Sunday, March 16, 2014

House Panel Approves bi-partisan Legislation that Could Provide Basis for JOBS Act 2.0

A bi-partisan piece of legislation introduced by Rep. Stephen Fincher (R-TN) and Rep. John Delaney (D-MD) that would build on and expand the JOBS Act of 2012 by making improvements to the IPO process for emerging growth companies has been marked-up and approved by the House Financial Services Committee in a 56-0 vote. The Improving Access to Capital for Emerging Growth Companies Act, H.R. 3623, would reduce the number of days that emerging growth companies must have a confidential registration statement on file with the SEC from 21 days to 15 days before they can conduct a road show.

H.R. 3623 would also allow a one-year grace period for an issuer that began the IPO process as an emerging growth company to complete its IPO as an emerging growth company. Rep. Fincher described the reforms worked by H.R. 3623 as simple, technical improvements to the JOBS Act that improve the IPO process and allow emerging growth companies to continue growing and providing jobs. He noted that, since the passage of the JOBS Act in April 2012, which established the emerging growth company category in Title I, more than 200 companies have registered with the SEC as emerging growth companies. At the one-year anniversary of the JOBS Act, he noted, a study by Ernst & Young showed that approximately 78 percent of all publicly filed IPO registration statements and approximately 83 percent of the IPOs that went effective since April 2012 were filed by emerging growth companies. (See Cong. Record, Nov. 22, 2013, p. E1756) IPO Process reformed.

During the mark-up, Rep. Delaney said that the bill creates a more streamlined IPO process without sacrificing investor protection. He added that for an emerging growth company the IPO process is a difficult moment, which can be costly, timely and cumbersome. But, at the same time, said Rep. Delaney, investor protection is at its highest during the IPO process. The SEC does a full review of the filing, he noted, and this is the time when the audit firms establish all the important accounting policies for the company and the underwriters conduct due diligence. In addition, most of the offerings are usually sold to institutional investors, who engage in significant diligence.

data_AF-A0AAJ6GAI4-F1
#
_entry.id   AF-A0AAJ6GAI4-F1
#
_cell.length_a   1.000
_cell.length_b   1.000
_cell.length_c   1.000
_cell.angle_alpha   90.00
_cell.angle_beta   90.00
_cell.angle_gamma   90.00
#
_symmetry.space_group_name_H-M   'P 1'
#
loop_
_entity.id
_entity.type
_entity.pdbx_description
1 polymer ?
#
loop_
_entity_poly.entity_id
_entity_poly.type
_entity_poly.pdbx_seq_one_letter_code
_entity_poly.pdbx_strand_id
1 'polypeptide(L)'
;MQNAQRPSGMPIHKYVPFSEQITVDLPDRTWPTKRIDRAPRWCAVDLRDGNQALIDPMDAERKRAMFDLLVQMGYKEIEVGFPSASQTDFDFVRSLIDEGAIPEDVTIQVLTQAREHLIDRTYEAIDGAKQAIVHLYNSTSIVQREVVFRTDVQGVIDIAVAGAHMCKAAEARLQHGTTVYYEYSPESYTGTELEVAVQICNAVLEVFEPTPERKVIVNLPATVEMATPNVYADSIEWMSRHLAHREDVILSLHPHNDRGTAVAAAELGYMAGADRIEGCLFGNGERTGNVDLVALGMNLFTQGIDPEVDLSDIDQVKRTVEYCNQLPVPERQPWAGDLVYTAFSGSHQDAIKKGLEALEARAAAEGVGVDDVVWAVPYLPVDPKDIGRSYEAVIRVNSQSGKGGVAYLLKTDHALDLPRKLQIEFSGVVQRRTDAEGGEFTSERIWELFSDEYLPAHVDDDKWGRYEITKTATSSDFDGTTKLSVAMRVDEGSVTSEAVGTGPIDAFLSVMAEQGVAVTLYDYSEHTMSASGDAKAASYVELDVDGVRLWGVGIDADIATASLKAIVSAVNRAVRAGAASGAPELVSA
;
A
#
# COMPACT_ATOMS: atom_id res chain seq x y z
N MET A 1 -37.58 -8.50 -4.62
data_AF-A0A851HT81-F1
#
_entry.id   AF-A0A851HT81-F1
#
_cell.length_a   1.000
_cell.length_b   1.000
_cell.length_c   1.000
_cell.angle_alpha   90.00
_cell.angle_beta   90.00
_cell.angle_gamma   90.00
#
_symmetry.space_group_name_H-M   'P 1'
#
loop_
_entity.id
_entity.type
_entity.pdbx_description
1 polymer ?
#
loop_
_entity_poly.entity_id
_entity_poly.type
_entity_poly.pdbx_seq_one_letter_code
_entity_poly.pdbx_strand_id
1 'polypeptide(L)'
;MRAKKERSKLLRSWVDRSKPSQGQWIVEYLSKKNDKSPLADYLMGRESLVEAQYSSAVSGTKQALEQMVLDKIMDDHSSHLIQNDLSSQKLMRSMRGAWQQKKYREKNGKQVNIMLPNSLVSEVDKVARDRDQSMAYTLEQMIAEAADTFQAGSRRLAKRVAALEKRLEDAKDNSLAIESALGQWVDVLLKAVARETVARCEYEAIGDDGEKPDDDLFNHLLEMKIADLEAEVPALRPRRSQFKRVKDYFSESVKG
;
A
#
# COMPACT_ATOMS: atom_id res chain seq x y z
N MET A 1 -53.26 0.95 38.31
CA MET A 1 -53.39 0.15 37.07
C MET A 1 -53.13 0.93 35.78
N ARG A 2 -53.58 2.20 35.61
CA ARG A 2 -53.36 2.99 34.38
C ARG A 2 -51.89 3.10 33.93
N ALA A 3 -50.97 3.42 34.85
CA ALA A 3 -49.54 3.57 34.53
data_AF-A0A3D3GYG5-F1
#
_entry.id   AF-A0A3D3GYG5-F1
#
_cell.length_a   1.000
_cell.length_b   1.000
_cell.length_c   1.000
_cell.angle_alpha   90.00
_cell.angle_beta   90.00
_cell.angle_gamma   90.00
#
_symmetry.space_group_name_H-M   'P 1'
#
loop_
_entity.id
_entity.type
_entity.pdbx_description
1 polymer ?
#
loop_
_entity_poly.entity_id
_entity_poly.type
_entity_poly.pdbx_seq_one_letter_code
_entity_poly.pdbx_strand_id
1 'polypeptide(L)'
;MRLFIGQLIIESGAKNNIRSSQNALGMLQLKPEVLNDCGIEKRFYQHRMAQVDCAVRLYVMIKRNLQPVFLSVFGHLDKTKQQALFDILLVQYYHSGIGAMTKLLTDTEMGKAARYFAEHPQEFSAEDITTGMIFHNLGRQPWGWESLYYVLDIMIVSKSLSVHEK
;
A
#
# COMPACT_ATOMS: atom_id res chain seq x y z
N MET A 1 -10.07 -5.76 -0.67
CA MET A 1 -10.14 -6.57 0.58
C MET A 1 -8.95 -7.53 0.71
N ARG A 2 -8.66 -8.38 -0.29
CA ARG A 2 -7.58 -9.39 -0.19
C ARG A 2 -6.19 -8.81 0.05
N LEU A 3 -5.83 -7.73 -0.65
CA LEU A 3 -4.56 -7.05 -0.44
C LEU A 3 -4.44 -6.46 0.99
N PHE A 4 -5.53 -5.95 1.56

H.R. 3623 also directs that, with respect to an emerging growth company, within 30 days of enactment, the SEC must revise its general instructions on Form S-1 to indicate that a registration statement filed or submitted for confidential review by an issuer prior to an initial public offering may omit financial information for historical periods otherwise required by Regulation S-X as of the time of filing or confidential submission of the registration statement, provided that the omitted financial information relates to a historical period that the issuer reasonably believes will not be required to be included in the Form S-1 at the time of the contemplated offering. Another proviso is that prior to the issuer distributing a preliminary prospectus to investors, the registration statement is amended to include all financial information required by Regulation S-X at the date of the amendment.